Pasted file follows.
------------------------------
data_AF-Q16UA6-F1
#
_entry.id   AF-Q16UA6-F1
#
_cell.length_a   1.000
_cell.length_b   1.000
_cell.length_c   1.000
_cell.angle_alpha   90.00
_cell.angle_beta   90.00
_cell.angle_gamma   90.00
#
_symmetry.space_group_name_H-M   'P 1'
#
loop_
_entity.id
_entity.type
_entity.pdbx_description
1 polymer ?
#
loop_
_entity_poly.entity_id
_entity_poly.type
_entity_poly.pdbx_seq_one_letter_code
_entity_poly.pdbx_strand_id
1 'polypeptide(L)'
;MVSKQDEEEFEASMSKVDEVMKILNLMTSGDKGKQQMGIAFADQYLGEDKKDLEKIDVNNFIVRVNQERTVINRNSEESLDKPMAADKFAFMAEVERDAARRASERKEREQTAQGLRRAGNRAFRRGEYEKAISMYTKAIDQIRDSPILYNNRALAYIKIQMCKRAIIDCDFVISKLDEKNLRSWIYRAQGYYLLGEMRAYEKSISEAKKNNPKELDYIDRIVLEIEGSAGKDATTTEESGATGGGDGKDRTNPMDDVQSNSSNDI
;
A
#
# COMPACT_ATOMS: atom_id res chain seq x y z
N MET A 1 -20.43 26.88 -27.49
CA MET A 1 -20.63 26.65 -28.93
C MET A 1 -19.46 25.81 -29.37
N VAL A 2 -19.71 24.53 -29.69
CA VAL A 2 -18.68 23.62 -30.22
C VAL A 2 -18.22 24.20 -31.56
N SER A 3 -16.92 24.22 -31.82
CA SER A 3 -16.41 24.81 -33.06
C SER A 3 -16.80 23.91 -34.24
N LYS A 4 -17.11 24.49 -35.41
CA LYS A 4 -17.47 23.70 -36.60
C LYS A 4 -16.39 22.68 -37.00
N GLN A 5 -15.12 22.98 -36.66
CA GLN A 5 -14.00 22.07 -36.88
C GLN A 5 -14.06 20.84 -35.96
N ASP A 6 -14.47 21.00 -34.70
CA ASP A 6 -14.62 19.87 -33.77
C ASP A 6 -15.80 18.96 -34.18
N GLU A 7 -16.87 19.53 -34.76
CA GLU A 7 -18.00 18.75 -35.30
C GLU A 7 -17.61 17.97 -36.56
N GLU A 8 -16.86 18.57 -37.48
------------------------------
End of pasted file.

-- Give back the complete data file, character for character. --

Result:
data_AF-Q16UA6-F1
#
_entry.id   AF-Q16UA6-F1
#
_cell.length_a   1.000
_cell.length_b   1.000
_cell.length_c   1.000
_cell.angle_alpha   90.00
_cell.angle_beta   90.00
_cell.angle_gamma   90.00
#
_symmetry.space_group_name_H-M   'P 1'
#
loop_
_entity.id
_entity.type
_entity.pdbx_description
1 polymer ?
#
loop_
_entity_poly.entity_id
_entity_poly.type
_entity_poly.pdbx_seq_one_letter_code
_entity_poly.pdbx_strand_id
1 'polypeptide(L)'
;MVSKQDEEEFEASMSKVDEVMKILNLMTSGDKGKQQMGIAFADQYLGEDKKDLEKIDVNNFIVRVNQERTVINRNSEESLDKPMAADKFAFMAEVERDAARRASERKEREQTAQGLRRAGNRAFRRGEYEKAISMYTKAIDQIRDSPILYNNRALAYIKIQMCKRAIIDCDFVISKLDEKNLRSWIYRAQGYYLLGEMRAYEKSISEAKKNNPKELDYIDRIVLEIEGSAGKDATTTEESGATGGGDGKDRTNPMDDVQSNSSNDI
;
A
#
# COMPACT_ATOMS: atom_id res chain seq x y z
N MET A 1 -20.43 26.88 -27.49
CA MET A 1 -20.63 26.65 -28.93
C MET A 1 -19.46 25.81 -29.37
N VAL A 2 -19.71 24.53 -29.69
CA VAL A 2 -18.68 23.62 -30.22
C VAL A 2 -18.22 24.20 -31.56
N SER A 3 -16.92 24.22 -31.82
CA SER A 3 -16.41 24.81 -33.06
C SER A 3 -16.80 23.91 -34.24
N LYS A 4 -17.11 24.49 -35.41
CA LYS A 4 -17.47 23.70 -36.60
C LYS A 4 -16.39 22.68 -37.00
N GLN A 5 -15.12 22.98 -36.66
CA GLN A 5 -14.00 22.07 -36.88
C GLN A 5 -14.06 20.84 -35.96
N ASP A 6 -14.47 21.00 -34.70
CA ASP A 6 -14.62 19.87 -33.77
C ASP A 6 -15.80 18.96 -34.18
N GLU A 7 -16.87 19.53 -34.76
CA GLU A 7 -18.00 18.75 -35.30
C GLU A 7 -17.61 17.97 -36.56
N GLU A 8 -16.86 18.57 -37.48